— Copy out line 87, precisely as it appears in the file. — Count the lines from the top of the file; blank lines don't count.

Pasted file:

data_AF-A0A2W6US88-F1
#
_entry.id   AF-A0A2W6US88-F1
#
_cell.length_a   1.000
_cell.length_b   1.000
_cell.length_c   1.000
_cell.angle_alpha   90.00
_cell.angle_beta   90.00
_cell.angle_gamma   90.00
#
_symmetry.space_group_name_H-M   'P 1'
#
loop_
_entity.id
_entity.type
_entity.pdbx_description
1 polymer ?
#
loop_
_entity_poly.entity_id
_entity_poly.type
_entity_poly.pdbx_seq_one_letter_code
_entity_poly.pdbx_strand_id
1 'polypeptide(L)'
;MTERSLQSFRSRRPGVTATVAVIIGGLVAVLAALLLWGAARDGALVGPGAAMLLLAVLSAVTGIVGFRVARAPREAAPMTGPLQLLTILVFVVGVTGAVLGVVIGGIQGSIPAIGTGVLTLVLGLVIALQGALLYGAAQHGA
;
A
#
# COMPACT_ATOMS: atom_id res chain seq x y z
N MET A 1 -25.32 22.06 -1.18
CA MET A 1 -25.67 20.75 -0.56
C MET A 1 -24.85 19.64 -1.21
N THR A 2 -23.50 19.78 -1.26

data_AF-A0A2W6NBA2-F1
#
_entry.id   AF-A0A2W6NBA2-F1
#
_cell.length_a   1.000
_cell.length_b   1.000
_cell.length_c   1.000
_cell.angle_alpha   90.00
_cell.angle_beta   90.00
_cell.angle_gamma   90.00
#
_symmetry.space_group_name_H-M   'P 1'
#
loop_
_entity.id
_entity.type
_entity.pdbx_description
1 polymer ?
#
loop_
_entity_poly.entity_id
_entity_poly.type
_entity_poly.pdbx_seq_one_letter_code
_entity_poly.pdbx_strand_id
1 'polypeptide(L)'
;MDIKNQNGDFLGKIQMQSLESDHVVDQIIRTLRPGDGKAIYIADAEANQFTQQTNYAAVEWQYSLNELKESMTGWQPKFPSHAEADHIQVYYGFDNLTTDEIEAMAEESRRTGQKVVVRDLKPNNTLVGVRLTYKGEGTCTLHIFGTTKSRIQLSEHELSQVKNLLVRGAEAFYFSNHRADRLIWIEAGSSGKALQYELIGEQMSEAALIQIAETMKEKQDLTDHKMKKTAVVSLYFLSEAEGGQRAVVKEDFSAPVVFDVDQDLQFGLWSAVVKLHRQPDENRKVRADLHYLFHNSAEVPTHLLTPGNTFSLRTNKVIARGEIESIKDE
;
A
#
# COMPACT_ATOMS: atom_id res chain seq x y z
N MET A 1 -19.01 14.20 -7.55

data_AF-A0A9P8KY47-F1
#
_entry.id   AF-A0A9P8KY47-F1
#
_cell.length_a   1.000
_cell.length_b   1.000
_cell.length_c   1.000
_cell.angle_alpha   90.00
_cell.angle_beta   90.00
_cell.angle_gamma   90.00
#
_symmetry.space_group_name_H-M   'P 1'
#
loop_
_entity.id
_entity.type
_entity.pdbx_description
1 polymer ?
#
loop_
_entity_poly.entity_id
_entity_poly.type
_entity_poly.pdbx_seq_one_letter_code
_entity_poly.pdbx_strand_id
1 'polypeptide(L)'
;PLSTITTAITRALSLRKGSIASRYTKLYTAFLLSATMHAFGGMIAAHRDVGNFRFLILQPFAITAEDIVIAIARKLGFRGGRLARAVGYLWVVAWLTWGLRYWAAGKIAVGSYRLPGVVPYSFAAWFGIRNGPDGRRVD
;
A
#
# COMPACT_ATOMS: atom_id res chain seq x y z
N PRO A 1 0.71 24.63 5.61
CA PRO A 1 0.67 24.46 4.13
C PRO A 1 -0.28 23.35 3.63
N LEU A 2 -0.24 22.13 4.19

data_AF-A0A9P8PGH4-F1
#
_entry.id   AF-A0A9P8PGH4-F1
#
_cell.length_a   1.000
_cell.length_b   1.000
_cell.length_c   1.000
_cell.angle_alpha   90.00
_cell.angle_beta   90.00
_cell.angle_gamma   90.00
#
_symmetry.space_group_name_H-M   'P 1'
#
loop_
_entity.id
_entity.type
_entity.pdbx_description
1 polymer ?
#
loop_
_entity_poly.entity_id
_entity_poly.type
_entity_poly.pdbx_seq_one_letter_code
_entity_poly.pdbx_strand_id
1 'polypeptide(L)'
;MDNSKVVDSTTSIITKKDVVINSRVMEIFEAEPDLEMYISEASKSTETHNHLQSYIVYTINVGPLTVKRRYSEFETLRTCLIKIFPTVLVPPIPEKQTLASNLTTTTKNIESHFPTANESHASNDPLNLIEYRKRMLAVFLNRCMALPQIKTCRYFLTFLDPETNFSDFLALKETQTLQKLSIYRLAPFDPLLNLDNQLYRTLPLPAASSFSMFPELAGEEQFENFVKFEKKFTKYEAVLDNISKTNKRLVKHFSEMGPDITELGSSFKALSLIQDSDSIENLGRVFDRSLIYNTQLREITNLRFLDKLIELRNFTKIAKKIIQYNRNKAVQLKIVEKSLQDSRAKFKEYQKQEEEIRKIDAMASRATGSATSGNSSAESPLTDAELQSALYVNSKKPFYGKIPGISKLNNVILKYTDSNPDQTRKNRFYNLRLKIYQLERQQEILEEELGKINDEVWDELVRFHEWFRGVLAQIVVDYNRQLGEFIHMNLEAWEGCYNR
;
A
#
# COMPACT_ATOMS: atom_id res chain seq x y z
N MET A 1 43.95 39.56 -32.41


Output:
_entity_poly.type